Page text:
The U.S. Department of State has no higher priority than protecting the safety and security of U.S. citizens. During an overseas crisis, the Department may provide information on conditions in the country and where to seek help. In more severe situations, it may recommend U.S. citizens leave the immediate area, or the country. In the most unstable crises, when conditions permit, the Department may assist in the evacuation of U.S. personnel and U.S. citizens from the crisis location, sometimes in close coordination with the Department of Defense.
Over the past 35 years, the State Department conducted more than 300 evacuations of U.S. personnel and U.S. citizens from overseas crises, including most recently from Sudan. The Department of Defense (DoD), in coordination with the State Department’s Diplomatic Security Service, facilitated more than 20 of these operations, including in Lebanon, Grenada, Liberia, Somalia, Rwanda, Zaire, Sierra Leone, Eritrea, Haiti, and Afghanistan.
To prepare for State Department’s evacuations with DoD support, the two agencies conduct joint exercises multiple times a year around the world. In April, State Department representatives from Consular Affairs, Diplomatic Security, Political-Military Affairs, Global Public Affairs, and the Foreign Service Institute’s Crisis Management Training division teamed up with over 2,200 members of the 26th Marine Expeditionary Unit (MEU) to conduct a six-day training exercise in Sneads Ferry, North Carolina.
The exercise centered around a fabricated scenario at a fictional outpost, the “U.S. Consulate Agategrad.” In the scenario, Consulate Agategrad staff faced a variety of threats to the Consulate and to the U.S. citizen community in the country, including political instability, calls to violence by extremist groups, and protestors outside the Consulate gates. At each step in the exercise, as the threats escalated, the State Department and DoD worked together to determine appropriate responses and next steps.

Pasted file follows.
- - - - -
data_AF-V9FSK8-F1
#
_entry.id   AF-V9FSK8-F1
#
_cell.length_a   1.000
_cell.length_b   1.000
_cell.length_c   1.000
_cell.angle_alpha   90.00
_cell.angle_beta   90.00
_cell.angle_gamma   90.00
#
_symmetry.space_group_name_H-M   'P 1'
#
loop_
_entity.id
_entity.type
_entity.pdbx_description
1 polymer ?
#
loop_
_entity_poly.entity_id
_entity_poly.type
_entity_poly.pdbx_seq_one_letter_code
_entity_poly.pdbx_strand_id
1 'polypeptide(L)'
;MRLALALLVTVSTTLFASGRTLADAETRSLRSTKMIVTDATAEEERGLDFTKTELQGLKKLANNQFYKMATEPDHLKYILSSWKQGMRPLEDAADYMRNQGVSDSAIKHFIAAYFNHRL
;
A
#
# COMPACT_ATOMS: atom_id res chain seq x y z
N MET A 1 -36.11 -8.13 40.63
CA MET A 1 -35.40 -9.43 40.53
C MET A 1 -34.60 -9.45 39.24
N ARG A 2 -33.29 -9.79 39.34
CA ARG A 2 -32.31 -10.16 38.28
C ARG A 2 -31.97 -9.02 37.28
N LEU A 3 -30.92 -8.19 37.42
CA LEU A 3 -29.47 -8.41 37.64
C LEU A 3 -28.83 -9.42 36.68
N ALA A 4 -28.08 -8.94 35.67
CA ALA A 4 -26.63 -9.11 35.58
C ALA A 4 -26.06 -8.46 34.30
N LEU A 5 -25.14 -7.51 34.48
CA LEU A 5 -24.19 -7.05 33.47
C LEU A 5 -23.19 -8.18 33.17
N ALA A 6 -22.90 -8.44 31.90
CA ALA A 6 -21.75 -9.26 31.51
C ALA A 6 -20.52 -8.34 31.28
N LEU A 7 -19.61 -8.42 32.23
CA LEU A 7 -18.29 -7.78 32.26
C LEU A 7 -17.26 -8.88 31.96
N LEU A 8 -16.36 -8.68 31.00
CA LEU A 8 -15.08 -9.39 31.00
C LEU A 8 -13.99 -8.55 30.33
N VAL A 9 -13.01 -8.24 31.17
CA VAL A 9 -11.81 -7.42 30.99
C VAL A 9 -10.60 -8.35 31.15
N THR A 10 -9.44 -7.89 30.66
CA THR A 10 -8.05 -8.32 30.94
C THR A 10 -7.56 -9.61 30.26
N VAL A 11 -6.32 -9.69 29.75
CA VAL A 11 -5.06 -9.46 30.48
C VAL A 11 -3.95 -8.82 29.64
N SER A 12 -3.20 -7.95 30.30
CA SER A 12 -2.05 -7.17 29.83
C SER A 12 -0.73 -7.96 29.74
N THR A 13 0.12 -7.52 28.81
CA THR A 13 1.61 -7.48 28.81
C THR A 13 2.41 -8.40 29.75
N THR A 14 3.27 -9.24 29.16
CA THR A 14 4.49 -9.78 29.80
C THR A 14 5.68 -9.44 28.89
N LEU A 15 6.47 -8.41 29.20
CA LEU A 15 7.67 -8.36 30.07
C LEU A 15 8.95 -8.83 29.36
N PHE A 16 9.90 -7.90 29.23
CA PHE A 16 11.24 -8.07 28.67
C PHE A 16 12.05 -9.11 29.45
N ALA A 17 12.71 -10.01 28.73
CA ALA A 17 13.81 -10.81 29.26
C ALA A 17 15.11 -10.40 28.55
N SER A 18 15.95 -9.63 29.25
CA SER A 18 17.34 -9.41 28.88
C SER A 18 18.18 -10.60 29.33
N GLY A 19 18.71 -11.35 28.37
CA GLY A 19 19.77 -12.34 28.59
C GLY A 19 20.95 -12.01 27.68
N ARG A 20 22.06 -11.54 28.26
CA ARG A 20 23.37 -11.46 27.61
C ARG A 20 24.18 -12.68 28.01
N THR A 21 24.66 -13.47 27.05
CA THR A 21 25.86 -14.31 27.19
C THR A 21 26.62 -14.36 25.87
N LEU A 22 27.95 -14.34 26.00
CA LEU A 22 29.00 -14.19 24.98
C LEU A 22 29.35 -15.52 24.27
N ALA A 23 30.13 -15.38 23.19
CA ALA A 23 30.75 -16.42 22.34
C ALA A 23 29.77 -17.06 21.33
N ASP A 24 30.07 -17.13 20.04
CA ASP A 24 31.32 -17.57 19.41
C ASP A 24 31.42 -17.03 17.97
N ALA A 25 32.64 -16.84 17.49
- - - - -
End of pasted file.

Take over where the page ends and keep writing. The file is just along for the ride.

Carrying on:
The scenario reached its apex when U.S. Consulate staff—based on a discussion of pre-established State Department criteria—determined the situation warranted the evacuation of not only U.S. personnel, but all interested U.S. citizens from the country. On the final day of the exercise, Consulate Agategrad staff and the 26th MEU successfully evacuated more than 200 U.S. citizens, who were transported by air to offshore ships equipped to deliver them to safety.
Throughout the scenario, State Department staff worked with their U.S. military counterparts to work through various aspects of a real-world evacuation, including messaging about the crisis via traditional and social media, the identification of suitable evacuation sites, and the appropriate response to potentially violent protestors. The relationships built, and the knowledge shared, will undoubtedly extend beyond the training exercise. These kinds of exercises are absolutely critical to improving communication and strengthening the relationship between the Department of State and the U.S. Marine Corps.
These kinds of exercises are absolutely critical to improving communication and strengthening the relationship between the Department of State and the U.S. Marine Corps.Jonathan BergerForeign Policy Advisor (POLAD)
Jonathan Berger, a Foreign Service Officer currently serving as a Foreign Policy Advisor (POLAD) to the commander of Marine Forces Special Operations Command, played the role of the Consul General during the scenario. “Truthfully—and thankfully—a large Military Assisted Departure/Non-Combatant Evacuation Operation is rare. However, each time we engage in an exercise of this magnitude it is only going to serve our institutions and our people better — and in the end will help save lives.”
This training was facilitated by the State Department’s Foreign Service Institute in support of the Crisis Management Training division’s mandate to help prepare U.S. Government employees in the foreign affairs community to effectively respond before, during, and after crises of all types.
About the Author: Ildiko Hrubos is a Foreign Service Officer currently serving in the Bureau of Global Public Affairs. She participated in the training exercise with the 26th MEU.